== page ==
Friday, May 12, 2017 |

Philly holocaust memorial’s ‘pillar’ design announced

Exactly a year after it was initially announced, the Philadelphia Holocaust Remembrance Foundation has unveiled new images of the $7 million project that will bring an expanded memorial along the Ben Franklin Parkway dedicated to the millions who died in the holocaust.

On Thursday – the anniversary of a celebration held on May 11 of last year – the PHRF shared new images of the Six Pillars, intended to be the centerpiece of the Philadelphia Holocaust Memorial Plaza.

“When visitors lay eyes upon the Six Pillars, they’ll be reminded not just of the atrocities of Nazi Germany and its collaborators, but of our nation’s core principles of equality, democracy, and freedom,” said David Adelman, Chairman of the PHRF in a statement on the expansion. “We believe that there is no better way to honor the memories of Holocaust victims than to promote the very values that can combat religious persecution around the world.”

Set to begin construction at the intersection of 16th Street and Ben Franklin Parkway sometime this winter, the pillars will join artist Nathan Rapoport’s “The Monument to Six Million Jewish Martyrs” already located at the plaza.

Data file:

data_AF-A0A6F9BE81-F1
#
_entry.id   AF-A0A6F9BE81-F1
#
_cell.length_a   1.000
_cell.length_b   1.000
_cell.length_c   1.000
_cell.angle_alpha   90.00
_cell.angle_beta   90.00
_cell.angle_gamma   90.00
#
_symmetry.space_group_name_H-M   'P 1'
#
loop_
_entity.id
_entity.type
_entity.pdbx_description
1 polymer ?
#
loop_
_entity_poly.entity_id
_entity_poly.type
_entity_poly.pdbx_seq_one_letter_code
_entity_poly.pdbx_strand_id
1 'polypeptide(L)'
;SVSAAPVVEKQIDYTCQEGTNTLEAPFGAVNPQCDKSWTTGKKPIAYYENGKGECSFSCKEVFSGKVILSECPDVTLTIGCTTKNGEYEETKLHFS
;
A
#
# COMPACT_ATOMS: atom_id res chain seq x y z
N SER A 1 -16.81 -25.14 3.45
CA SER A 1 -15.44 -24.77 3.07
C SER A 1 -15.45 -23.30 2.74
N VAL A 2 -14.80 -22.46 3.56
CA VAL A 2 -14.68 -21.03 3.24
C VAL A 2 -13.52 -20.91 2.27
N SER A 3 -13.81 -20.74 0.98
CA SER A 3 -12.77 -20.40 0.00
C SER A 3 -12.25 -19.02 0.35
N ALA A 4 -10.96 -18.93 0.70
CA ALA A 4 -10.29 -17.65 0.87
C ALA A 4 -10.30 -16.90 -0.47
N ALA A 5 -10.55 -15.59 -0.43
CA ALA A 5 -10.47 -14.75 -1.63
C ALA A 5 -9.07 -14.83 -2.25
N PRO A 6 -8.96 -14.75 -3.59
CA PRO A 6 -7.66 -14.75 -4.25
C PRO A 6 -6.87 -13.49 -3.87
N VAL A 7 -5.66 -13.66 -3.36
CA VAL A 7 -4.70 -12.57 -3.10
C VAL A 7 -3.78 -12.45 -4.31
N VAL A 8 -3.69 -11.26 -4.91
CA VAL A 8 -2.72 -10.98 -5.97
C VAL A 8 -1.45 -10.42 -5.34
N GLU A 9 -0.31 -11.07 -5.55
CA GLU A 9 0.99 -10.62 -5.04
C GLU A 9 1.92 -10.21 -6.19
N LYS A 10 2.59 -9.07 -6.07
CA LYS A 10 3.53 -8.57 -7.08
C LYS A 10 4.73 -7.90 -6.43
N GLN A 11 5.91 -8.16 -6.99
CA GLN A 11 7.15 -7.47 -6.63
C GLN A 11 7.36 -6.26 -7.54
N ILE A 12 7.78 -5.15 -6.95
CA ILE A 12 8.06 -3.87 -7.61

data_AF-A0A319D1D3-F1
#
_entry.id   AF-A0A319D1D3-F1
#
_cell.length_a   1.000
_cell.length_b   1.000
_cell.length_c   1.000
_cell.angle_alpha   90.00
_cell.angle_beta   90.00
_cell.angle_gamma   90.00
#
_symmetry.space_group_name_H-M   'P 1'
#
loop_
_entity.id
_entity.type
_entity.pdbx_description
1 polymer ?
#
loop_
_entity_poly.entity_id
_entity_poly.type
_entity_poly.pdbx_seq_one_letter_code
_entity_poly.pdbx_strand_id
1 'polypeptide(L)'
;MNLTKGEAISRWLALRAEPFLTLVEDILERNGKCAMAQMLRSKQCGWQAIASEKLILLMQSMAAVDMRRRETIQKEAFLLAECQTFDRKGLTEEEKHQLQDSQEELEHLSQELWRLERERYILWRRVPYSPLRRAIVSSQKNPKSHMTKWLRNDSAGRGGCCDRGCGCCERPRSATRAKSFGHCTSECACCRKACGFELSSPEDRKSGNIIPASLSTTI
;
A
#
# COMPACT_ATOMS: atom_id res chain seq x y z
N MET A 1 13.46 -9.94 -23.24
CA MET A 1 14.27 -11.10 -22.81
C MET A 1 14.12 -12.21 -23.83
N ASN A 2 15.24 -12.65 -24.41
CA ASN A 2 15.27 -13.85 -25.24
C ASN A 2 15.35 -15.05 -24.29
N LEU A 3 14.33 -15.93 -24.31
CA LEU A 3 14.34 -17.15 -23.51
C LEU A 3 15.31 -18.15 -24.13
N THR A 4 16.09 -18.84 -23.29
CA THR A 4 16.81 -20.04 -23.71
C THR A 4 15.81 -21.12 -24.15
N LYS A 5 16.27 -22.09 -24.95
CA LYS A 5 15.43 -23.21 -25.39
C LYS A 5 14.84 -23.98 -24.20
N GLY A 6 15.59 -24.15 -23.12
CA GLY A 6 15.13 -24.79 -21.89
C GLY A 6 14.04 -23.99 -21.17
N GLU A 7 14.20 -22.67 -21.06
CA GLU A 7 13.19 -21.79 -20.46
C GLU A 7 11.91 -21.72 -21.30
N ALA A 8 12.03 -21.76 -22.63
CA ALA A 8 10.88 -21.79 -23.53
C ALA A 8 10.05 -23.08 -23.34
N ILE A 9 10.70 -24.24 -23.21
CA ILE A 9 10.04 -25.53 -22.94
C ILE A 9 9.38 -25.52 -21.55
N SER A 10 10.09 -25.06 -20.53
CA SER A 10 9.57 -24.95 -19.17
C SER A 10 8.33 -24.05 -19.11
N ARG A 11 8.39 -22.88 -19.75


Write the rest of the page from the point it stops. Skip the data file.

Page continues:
The six pillars will be dedicated to the memory of the six million Jewish victims of the Holocaust, while each pillar will be etched with information about the Holocaust contrasted with an adjacent pillar detailing, what the PHRF called, ‘America’s core values.”

The themes will be:

  • Human Equality vs. The Master Race
  • American Democracy vs. Totalitarianism
  • Natural Rights vs. Nuremberg Laws
  • Freedom of Religion vs. Religious Persecution
  • Protecting Life and Liberty vs. Death Camps
  • Liberation vs. Bearing Witness

An Eternal Flame and a black granite Remembrance Wall will also be installed.

As announced last year, the plaza’s pavement will be designed with train tracks to represent the tragic reality that holocaust victims endured – that of being herded onto trains and sent to labor and death camps.

Finally, in the plaza, the PHRF intends to plant a bit of living history with a “Thereisenstadt tree.”

The tale of that tree, named for the Theresienstadt concentration camp near Prague, says that a teacher who was imprisoned at that camp, Irma Lauscher, planted a sapling in the children’s area of the camp to celebrate the Jewish tradition of the New Year of the Trees, or Tu B’Shevat.

The children housed in that concentration camp are said to have shared their daily portions of water with a small sapling.

That tree still stands today.

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